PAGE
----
Bombshell: The Hedy Lamarr Story
2017, NR, 90 min. Directed by Alexandra Dean. Starring Peter Bogdanovich, Mel Brooks, Wendy Colton, Anthony Loder, James Loder, Jennifer Hom, Hedy Lamarr.
REVIEWED By Richard Whittaker, Fri., Dec. 22, 2017
"Any girl can look glamorous; all she has to do is stand still and look stupid." That quote from Hedy Lamarr opens this long-overdue cinematic biographical documentary of the perennially underestimated actress. When "underrated" is applied to a performer, it normally only applies to the performance. In Lamarr's case, it was her intellect that went missed. Her acting career could easily fill a blander documentary by itself. From the taboo-busting Ecstasy, through Technicolor epics like Samson and Delilah, into Z-grade schlock. Yet the story here is how her box office success overshadowed her brains.
In this melding of contemporary interview and archive footage, the core is four tapes, a lost interview of an aging Lamarr conducted by former Forbes staff writer Fleming Meeks. It’s the last twinkle of a fading star, who had been through every indignity extracted from every leading lady who came after: casting couches, failed marriages, mockery, plastic surgery, legal trials, addiction, and finally being thrown aside by the industry that had used her. The great tragedy is that she was smart enough to see it all coming.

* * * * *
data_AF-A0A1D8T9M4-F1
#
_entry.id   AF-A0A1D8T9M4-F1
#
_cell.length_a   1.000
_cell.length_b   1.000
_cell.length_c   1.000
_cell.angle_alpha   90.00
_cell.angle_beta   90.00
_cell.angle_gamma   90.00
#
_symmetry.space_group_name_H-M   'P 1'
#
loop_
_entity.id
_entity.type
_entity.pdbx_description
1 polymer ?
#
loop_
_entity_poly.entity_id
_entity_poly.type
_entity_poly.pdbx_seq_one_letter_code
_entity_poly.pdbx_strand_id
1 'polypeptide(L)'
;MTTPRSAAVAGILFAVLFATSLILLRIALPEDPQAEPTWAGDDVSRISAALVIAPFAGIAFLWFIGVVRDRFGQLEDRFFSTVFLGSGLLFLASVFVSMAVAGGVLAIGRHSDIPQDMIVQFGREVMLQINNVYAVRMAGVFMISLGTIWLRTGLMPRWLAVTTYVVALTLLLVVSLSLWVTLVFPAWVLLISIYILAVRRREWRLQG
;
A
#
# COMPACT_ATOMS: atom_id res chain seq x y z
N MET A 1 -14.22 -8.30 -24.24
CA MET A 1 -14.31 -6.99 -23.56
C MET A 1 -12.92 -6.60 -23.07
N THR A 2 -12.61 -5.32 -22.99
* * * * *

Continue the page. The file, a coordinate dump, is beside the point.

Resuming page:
If the storytelling technique is a little prosaic, the subject matter is more than sufficiently engrossing. That’s where Dean draws her fascinating middle chapter, as she highlights the technical genius of Lamarr. Offscreen, the actress was an accomplished engineer, and Hom (the animator responsible for the 2015 Google Doodle about the actress/inventor) compares her to a crime-fighting superhero with a hidden alter ego. Even if cineastes don't know it, it’s already part of engineering lore, her pivotal role in laying the first infrastructure for wireless and Bluetooth. That was a byproduct of her design for a radio-controlled torpedo – her own stab back at Hitler, who had declared his own personal war on her.
That, Dean shows, was Lamarr all over. A woman caught between eras, born too late to relish the joyous liberality of her Austrian homeland in the Thirties, and too early for the sexual revolution. Perpetually conflicted over the attention that her beauty brought her from men, voraciously sensual but bitter about being a sex symbol. A massive celebrity with a secret life, but frustrated by her limited career choices. A recluse who loved attention. Manipulated and manipulative. Genius and accused plagiarist. An icon and victim of the 20th century concept of celebrity. A blockbuster actress whose proudest moment was being lauded by her fellow researchers. In her own terms, "a very simple complicated person."